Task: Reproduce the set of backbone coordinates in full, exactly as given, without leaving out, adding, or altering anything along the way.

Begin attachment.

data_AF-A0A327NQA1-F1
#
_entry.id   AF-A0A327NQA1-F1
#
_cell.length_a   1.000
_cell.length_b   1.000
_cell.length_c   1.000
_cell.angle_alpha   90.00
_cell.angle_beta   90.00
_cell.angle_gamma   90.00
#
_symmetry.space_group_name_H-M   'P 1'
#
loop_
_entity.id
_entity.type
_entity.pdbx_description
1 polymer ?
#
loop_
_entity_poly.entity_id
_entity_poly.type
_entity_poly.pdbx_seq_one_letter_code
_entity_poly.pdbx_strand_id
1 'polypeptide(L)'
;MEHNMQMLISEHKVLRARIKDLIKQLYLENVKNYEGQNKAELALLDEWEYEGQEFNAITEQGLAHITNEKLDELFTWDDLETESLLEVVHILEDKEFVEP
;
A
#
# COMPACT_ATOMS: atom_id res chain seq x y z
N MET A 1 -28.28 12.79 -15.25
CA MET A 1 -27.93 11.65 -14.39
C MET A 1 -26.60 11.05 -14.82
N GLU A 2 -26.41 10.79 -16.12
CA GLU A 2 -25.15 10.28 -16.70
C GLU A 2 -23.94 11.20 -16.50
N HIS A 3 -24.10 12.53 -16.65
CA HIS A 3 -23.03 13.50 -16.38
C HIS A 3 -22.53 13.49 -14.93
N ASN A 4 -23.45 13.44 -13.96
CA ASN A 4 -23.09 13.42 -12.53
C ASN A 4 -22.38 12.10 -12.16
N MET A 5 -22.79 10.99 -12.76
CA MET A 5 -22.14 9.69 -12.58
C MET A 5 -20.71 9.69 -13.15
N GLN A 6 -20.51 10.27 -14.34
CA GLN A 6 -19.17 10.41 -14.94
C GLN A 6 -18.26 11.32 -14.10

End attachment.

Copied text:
data_AF-A0A327NQA1-F1
#
_entry.id   AF-A0A327NQA1-F1
#
_cell.length_a   1.000
_cell.length_b   1.000
_cell.length_c   1.000
_cell.angle_alpha   90.00
_cell.angle_beta   90.00
_cell.angle_gamma   90.00
#
_symmetry.space_group_name_H-M   'P 1'
#
loop_
_entity.id
_entity.type
_entity.pdbx_description
1 polymer ?
#
loop_
_entity_poly.entity_id
_entity_poly.type
_entity_poly.pdbx_seq_one_letter_code
_entity_poly.pdbx_strand_id
1 'polypeptide(L)'
;MEHNMQMLISEHKVLRARIKDLIKQLYLENVKNYEGQNKAELALLDEWEYEGQEFNAITEQGLAHITNEKLDELFTWDDLETESLLEVVHILEDKEFVEP
;
A
#
# COMPACT_ATOMS: atom_id res chain seq x y z
N MET A 1 -28.28 12.79 -15.25
CA MET A 1 -27.93 11.65 -14.39
C MET A 1 -26.60 11.05 -14.82
N GLU A 2 -26.41 10.79 -16.12
CA GLU A 2 -25.15 10.28 -16.70
C GLU A 2 -23.94 11.20 -16.50
N HIS A 3 -24.10 12.53 -16.65
CA HIS A 3 -23.03 13.50 -16.38
C HIS A 3 -22.53 13.49 -14.93
N ASN A 4 -23.45 13.44 -13.96
CA ASN A 4 -23.09 13.42 -12.53
C ASN A 4 -22.38 12.10 -12.16
N MET A 5 -22.79 10.99 -12.76
CA MET A 5 -22.14 9.69 -12.58
C MET A 5 -20.71 9.69 -13.15
N GLN A 6 -20.51 10.27 -14.34
CA GLN A 6 -19.17 10.41 -14.94
C GLN A 6 -18.26 11.32 -14.10